6 Malignant Neoplasms Grow aggressively Response to homeostatic controls Noncohesive; irregular shapeCut through surrounding tissues; RapidCells may travel thru blood or lymphNot always easy to removeCan recurp. 278 L & BDo not respond to homeostatic controls. Instead of crowding other tissues aside, malignant neoplasms cut thru surrounding tissues, causing bleeding, inflammation, and necrosis (tissue death) as they grow. This invasive quality of malignant neoplasms is reflected in the word origin cancer, from the Greek Karkinos, meaning CRAB. Cancer refers to the malignant neoplasm. Malignant cells from the primary tumor may travel via the blood stream or lymph to invade other tissues or organs and form a secondary tumor called a metastasis. This terms also refers to the destructive process. They very well may recur after surgical excision and other treatments.They vary in their degree of differentiation from the parent tissue. Highly differentiated cells try to mimic specialized functions from the parent tissue, but undifferentiated cancers, consisting of immature cells, have almost no resemblance to the parent tissue an so perform no useful function. They also rob the body of its energy and nutrition as they grow. They are the basis for many malignant neoplasms. The degree of differentiation of anaplastic cells is a consideration in the classification and staging of neoplasms.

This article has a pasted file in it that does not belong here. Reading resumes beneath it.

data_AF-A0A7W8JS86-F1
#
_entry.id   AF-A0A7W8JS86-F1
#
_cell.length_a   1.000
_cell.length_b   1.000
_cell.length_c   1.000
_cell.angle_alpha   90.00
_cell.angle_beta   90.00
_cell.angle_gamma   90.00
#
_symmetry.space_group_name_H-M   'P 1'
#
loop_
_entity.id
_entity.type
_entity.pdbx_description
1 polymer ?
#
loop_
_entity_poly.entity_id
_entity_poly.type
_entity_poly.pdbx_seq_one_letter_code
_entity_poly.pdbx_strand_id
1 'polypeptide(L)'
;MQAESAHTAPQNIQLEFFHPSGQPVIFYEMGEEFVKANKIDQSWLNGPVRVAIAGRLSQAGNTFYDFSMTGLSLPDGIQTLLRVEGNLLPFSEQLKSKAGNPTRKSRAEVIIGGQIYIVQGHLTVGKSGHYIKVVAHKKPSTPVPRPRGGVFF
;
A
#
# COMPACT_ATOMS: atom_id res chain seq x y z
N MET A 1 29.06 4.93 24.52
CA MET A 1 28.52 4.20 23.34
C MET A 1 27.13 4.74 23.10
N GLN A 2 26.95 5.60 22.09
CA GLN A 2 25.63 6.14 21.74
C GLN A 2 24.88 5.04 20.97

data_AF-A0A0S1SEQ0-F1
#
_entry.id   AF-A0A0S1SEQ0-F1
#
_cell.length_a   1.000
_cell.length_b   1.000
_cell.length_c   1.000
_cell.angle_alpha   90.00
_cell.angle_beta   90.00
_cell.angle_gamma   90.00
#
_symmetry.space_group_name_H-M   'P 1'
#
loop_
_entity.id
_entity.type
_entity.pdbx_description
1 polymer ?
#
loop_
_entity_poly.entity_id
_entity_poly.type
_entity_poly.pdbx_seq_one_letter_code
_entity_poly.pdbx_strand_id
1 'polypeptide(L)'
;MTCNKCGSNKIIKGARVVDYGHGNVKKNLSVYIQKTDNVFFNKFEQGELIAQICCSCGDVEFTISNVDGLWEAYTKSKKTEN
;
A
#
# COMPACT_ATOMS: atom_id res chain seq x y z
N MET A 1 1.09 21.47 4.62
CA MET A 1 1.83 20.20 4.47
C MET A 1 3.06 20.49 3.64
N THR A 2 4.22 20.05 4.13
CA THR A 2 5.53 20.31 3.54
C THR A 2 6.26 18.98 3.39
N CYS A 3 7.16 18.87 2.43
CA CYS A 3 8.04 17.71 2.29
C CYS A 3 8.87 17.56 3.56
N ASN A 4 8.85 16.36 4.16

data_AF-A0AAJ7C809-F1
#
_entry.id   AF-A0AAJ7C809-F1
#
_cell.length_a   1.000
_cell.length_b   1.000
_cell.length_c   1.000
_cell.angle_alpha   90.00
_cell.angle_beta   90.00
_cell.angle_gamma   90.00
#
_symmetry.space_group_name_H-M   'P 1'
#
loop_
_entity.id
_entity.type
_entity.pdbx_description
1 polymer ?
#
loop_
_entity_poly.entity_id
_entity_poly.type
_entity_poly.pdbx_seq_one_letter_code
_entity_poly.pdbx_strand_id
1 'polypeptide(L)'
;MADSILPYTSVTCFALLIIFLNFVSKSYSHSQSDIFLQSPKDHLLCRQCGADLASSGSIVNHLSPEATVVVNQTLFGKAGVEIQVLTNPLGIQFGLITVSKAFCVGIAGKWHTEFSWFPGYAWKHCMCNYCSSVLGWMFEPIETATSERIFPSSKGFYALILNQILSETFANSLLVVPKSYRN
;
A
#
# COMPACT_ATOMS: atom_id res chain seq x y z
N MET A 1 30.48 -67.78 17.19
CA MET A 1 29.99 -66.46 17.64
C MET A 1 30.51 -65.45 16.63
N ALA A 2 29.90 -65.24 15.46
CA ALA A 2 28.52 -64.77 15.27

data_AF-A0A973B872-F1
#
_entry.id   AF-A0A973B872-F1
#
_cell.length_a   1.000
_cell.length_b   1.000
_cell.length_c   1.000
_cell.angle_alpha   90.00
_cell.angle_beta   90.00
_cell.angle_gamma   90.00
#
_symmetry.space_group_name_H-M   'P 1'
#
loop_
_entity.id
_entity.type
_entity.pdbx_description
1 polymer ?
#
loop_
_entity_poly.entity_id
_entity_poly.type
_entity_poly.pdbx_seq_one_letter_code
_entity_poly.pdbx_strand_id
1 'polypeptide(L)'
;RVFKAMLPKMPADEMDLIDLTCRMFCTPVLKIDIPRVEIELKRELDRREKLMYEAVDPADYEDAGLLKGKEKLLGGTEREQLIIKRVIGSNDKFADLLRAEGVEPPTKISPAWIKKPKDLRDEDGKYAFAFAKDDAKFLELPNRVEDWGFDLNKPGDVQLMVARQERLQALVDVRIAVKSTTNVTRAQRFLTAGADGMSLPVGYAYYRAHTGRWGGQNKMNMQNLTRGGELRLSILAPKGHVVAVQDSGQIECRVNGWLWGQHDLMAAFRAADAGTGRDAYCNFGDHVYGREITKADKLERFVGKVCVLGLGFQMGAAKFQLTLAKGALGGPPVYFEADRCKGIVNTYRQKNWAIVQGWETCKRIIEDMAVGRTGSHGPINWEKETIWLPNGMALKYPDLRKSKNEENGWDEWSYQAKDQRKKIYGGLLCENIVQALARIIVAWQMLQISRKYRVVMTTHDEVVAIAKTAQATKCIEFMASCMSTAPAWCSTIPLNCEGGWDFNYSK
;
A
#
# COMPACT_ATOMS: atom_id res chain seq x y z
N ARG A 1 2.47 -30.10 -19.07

7 Characteristics of Malignant Cells Loss of regulation of mitotic rateLoss of cell specializationLoss of contact inhibitionProgressive acquisition of the cancerous phenotype & immortalityIrreversibility of cancerous phenotype to greater aggressivenessAltered cell structure; diff in cell nucleus & cytoplasmSimplified metabolic activityTransplantability (metastasis)Ability to promote own survivalL & B p. 278
8 How Cancer Invades Normal Tissue L & B p. 279 Fig 10-2Fig
9 Diagnostics X-ray imaging Computed Tomography Ultrasonography Magnetic Resonance ImagingTissue SamplesScreening: PSAL & B p. 284Several procedures are used to diagnose cancer.However, only microscopic histologic examination can reveal the type of cell and its structural difference from the parent tissue.Tissue samples are obtained via Bx, Shedded cells (PAP), collections of secretions (sputum). Lymph nodes are also biopsied to see whether metastasis has begun.Simple screening measures can be done to pick up substances secreted by the tumor, such as prostatic-specific antigen (PSA) blood test now being used to identify early prostatic cancers. Increases in hormones or enzymes by normal tissues when theyare damaged may also contribute to the DX. One example of an enzyme increase is increased alkaline phoshatase noted in bone metastases and osteosarcoma. Recent research has identified tumor markers—which are used for early DX, tracking response to therapy, and for devising immunologic treatments. Some investigators studying chemical mediators of the immune systems have noted there seems to be communication between these mediators and the emotional centers of the brain. Therefore, they say that a person who states “I feel I have cancer” should be listened to, and the complaint investigated thoroughly.